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speech-voice-production

Speech/Voice Production and Perception Research Lab

The goal of the Speech/Voice Production and Perception Laboratory is to contribute research data towards increased understanding of normal and disordered speech and voice production and perception to inform clinical practice. The lab provides an opportunity for undergraduate and graduate students to learn about research in the speech sciences through active participation as student research assistants. Inquiries by interested students are welcome: please contact Dr. Behrman or Dr. Cavallo.

Laboratory facilities include a large sound-proof booth (room 141) for high quality digital recording and a room dedicated to conducting research therapy protocols and student research assistant workspace (room 229). Instrumentation is available for acoustic data gathering and analysis, digital video recording, ultrasound assessment of tongue movements, perceptual assessments of audio recordings, and aerodynamic assessments of airflow, dynamic air pressure, volume, and chest wall kinematics.

Student Research Assistants (2017/2018)
  • Melissa Jacob (Lehman graduate student: graduated Summer 2018)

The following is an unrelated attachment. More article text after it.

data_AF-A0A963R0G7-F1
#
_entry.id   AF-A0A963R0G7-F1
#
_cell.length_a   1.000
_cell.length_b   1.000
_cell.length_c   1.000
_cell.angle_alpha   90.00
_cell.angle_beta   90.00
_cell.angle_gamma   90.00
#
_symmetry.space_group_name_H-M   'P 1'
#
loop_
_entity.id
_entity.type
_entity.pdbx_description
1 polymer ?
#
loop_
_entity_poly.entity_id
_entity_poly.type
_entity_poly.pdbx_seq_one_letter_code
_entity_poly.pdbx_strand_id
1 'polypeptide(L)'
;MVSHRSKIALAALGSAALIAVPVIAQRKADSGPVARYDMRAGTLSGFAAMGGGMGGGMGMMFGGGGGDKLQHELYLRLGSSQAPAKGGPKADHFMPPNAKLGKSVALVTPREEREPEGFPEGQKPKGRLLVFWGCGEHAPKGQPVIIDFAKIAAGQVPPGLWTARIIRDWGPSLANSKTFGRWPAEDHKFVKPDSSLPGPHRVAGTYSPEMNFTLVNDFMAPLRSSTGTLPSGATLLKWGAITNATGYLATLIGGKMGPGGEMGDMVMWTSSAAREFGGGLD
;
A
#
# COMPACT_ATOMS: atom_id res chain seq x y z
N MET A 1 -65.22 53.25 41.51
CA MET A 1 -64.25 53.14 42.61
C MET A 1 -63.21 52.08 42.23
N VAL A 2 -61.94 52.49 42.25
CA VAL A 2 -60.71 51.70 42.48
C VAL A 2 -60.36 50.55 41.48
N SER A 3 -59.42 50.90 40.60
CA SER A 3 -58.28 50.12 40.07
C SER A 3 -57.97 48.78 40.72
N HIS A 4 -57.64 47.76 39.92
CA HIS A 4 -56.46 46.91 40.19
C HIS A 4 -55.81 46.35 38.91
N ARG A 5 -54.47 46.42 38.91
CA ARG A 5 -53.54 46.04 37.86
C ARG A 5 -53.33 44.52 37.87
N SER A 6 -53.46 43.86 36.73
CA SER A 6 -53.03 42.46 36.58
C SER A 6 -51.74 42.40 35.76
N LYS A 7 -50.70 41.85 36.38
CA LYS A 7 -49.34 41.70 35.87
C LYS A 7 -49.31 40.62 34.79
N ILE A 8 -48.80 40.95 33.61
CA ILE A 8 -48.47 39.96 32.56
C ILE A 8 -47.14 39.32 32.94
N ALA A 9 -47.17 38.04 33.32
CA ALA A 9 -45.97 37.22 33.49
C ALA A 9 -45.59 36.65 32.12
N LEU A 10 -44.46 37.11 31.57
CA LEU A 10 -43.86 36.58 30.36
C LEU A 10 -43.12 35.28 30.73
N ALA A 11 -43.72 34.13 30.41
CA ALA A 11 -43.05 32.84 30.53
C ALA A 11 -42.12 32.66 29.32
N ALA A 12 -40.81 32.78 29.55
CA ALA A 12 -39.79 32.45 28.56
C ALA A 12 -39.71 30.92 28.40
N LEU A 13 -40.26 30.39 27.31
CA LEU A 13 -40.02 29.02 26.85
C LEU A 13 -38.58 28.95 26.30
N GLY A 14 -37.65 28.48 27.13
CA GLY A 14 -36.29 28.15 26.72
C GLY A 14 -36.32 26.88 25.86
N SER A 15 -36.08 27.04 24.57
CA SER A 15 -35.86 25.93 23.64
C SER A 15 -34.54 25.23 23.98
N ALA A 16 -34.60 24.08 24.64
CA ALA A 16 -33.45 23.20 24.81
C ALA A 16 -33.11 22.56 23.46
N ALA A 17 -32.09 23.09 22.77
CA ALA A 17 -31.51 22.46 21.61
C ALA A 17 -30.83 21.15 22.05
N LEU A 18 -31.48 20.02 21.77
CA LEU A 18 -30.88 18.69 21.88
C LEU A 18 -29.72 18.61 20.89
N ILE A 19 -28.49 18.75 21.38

• Yanna Morfogen (Lehman undergraduate student)
  • Martha Olvera Johnson (Lehman undergraduate student: beginning Lehman graduate program in Spring, 2019)
  • Nicole Pagnotta (Lehman graduate student)
  • Miya Wilson (Lehman undergraduate student)

Research projects directed by Dr. Alison Behrman

  • Funded by an NIH/NIGMS grant to Dr. Behrman (2017–2010), a study in progress is examining the entrainment of rhythmic hand gestures and auditory cues on speech production in adults with dysarthria due to ataxia or Parkinson’s disease.
  • A current study funded by The Parkinson Voice Project of Richardson, TX, is examining the outcome of the SPEAK OUT!(tm) program for dysarthria due to idiopathic Parkinson’s disease
  • A study just completed that was funded by the American Speech-Language-Hearing Foundation Clinical Research Grant to Dr. Behrman (2017) examined the effect of clear speech (hyperarticulation) on listener perception of intelligibility, ease of understanding, and accentedness in Spanish-accented speakers of American English.

Research projects directed by Dr. Stephen Cavallo

  • Future clinical research will examine the clinical utility of acoustic and physiologic measures of phonatory ability.  Specifically, the value of cepstrum analysis and development of a routine clinical procedure for evaluating speech breathing.